The Three Basel Accords

History of the Basel Norms

After the collapse of the gold standard in 1971 and the fall of the Smithsonian arrangement in 1973, many banks were concerned about the fact that banks with an international presence were not holding sufficient capital. Since the international financial system had come to be deeply integrated by this time, it became a source of great concern for the various countries involved. A crisis that was born in one country could quickly spiral out of control and affect the other countries as well.

It is for this reason that the central banks of the prominent G-10 nations created a committee of experts. This committee came to be called as the Basel Committee on Banking Supervision or simply as the Basel Committee. As per the recommendations of this committee the Basel norms were first formulated under the patronage of the Bank for International Settlements (BIS).

The banking industry has undergone drastic change in the past three to four decades. Hence, the Basel norms that were first formulated became obsolete and Basel –II norms had to be introduced. At the present moment, even the Basel-II norms seem inadequate and the major banks in the world are swiftly moving towards a new accord called the Basel-III system.

In this article, we will briefly understand what these Basel norms are and how they affect the banking industry.

The First Basel Accord

The Basel Committee has worked for multiple years and finally the first Basel accord came into existence in 1988. Originally the accord was to be binding only to the members of the G-10 group i.e. 10 countries. However, more than 190 countries volunteered to follow the norms proactively since almost every nation in the world was facing turmoil in the banking sector. The first Basel accord had two purposes. Firstly, it wanted to ensure that all the banks which have an international presence have a minimum acceptable level of capital maintained. This would ensure stability of the international system and that all the other banks are not exposed to counterparty risks. Also, it nullifies the temporary advantages that the banks can pass on to their customers when they are not required to maintain a minimum amount as capital.

However, the first Basel accord had some serious shortcomings which became evident only after the system was implemented. Firstly, the first Basel accord only focused on credit risk. The other types of risks such as operational risk were simply excluded from the analysis. Therefore, it would only partially prepare the bank in the event of a crisis. Also, the credit risk calculations failed to take into account qualitative measures like the different quality of debtors as well as the risk that are likely to pose. Also, the first Basel accord focuses on the book values of the credit exposure and not the market values. This has made the accord obsolete given the fact that newer financial instruments can create a considerable variation between the book value and the market value of the asset which is creating the credit exposure.

The Second Basel Accord

The bank of International Settlements realized that the first Basel Accord was not enough to meet the burgeoning needs of the banking sector. Hence, they created the Second Basel Accord to get rid of the shortcomings. This accord was adopted by the world in June 2004. The second accord was basically an extension of the first accord. Therefore, very few regulations that were a part of the first accord were removed. Instead multiple new additions were made and the scope of the accord was widened. The Basel accord included three pillars on which the stability of the global banking industry was dependent. These three pillars are capital controls, supervisory review and market discipline. The accord provides accurate mathematical models that need to be used by banks across the globe, thereby standardizing the process.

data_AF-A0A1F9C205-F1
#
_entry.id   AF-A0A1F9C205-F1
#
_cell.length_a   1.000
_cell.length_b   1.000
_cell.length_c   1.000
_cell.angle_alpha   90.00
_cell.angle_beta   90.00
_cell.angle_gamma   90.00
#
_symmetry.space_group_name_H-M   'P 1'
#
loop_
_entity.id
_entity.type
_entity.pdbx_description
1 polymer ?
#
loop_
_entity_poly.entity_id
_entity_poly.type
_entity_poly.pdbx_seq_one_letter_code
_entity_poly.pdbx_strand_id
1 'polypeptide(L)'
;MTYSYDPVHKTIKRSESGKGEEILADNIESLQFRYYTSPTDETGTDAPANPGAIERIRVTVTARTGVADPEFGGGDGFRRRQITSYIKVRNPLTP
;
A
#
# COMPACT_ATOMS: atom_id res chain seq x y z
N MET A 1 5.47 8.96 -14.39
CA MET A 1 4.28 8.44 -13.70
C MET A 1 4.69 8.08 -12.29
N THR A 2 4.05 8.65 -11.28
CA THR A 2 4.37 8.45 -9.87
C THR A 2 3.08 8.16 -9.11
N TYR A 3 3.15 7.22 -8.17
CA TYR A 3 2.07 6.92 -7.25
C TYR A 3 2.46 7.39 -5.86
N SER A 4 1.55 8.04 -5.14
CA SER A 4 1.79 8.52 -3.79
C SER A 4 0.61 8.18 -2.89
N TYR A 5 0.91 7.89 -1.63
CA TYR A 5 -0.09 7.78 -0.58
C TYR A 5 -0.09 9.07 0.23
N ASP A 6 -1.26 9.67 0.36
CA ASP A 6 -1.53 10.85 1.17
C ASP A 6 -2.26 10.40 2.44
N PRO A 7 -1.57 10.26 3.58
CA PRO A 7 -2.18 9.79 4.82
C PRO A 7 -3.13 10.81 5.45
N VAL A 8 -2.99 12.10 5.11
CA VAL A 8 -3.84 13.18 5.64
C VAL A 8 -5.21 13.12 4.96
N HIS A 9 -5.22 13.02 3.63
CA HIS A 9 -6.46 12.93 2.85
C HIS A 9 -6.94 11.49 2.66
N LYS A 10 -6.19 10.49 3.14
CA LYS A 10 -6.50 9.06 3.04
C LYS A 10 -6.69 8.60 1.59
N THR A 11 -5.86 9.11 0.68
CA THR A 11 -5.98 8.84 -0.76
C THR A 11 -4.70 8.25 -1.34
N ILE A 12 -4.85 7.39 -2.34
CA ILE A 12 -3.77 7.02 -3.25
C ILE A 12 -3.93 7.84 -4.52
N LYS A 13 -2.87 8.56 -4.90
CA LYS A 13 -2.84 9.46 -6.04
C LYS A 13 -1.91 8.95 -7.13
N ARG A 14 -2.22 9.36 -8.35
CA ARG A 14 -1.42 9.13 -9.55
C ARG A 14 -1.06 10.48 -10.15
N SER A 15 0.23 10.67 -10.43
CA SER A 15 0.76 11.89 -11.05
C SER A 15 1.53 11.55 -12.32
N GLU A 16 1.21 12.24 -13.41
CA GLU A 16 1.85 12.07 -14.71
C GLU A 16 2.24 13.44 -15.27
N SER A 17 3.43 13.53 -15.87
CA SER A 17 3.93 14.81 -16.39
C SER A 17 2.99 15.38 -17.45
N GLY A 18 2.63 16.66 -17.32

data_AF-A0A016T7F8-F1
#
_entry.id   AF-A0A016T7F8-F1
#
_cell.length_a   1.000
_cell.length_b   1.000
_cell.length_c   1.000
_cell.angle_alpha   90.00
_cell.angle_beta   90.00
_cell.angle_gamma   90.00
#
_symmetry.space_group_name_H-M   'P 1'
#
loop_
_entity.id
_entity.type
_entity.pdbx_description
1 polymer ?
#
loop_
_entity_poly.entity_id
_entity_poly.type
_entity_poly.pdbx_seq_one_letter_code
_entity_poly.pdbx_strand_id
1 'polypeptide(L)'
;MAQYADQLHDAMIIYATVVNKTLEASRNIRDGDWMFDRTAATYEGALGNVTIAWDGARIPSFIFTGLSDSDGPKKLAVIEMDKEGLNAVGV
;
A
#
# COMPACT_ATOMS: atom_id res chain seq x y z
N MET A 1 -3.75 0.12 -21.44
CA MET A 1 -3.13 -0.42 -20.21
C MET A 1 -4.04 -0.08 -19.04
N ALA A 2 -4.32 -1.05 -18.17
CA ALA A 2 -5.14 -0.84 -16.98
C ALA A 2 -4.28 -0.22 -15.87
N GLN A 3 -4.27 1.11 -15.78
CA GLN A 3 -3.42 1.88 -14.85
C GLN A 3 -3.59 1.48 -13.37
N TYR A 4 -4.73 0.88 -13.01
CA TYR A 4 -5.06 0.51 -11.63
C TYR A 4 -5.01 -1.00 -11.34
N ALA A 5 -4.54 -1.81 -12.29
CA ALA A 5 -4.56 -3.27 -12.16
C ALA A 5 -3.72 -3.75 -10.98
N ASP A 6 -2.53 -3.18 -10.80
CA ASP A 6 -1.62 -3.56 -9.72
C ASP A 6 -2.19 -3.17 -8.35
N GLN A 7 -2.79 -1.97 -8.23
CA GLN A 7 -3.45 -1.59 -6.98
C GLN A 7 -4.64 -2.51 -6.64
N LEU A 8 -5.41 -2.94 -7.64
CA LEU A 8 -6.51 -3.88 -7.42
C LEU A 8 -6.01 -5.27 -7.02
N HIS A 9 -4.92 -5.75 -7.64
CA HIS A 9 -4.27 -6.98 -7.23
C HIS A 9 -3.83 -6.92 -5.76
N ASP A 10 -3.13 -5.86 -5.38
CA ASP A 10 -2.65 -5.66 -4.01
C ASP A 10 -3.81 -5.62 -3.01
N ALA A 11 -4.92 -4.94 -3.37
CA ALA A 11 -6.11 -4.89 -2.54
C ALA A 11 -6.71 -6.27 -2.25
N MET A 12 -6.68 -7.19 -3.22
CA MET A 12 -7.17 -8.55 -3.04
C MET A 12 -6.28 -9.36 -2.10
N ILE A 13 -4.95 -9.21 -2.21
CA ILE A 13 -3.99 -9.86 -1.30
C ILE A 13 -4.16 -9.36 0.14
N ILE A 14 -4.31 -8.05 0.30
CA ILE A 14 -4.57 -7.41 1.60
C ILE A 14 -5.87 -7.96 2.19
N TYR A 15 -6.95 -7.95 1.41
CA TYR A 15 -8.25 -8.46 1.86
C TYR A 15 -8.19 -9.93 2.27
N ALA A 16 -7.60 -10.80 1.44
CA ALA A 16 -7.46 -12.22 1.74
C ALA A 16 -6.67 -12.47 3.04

The second Basel accord also recognized market risk. Also, market values were often included in the calculations being made by the mathematical models. Hence, the major shortcomings of the first Basel accord were overcome by this agreement.

The Third Basel Accord

The global banking crisis that ensued worldwide in 2008 exposed the weakness of the industry. Hence, the second Basel accord was no longer seen as being adequate. Instead, regulators started clamoring for more and better rules to be introduced in order to better regulate the banks. This was the beginning of the formulation of the Basel-III norms. The third Basel accord should have ideally been implemented by now. However, there have been certain delays in the process and worldwide adoption of Basel norms is expected to occur by 2018.

The third Basel accord plans to aggressively increase the amount of money banks hold on as capital. Although, the total amount of capital required may remain unchanged, the third accord requires a considerably higher amount of tier-1 capital to be maintained. For instance, the amount of equity capital to be maintained has been increased to 4.5% from the erstwhile 2%.

Also, the third Basel accord has created the provision for capital buffers. These capital buffers will act as the second layer of protection for the banks in the event of a crisis. Provision has also been made for countercyclical buffers. These buffers will help regulate the volume of credit and prevent a credit boom from occurring so that a bubble is not formed.

To supplement all these measures, a non risk based leverage ratio will also be introduced. This ratio will limit the use of leverage by banks that have an international presence.

The Basel accords have therefore undergone a drastic change since their introduction in 1988. The third Basel accord is expected to be able to provide the banking industry with the much needed stability using which a period of growth can be ushered in.


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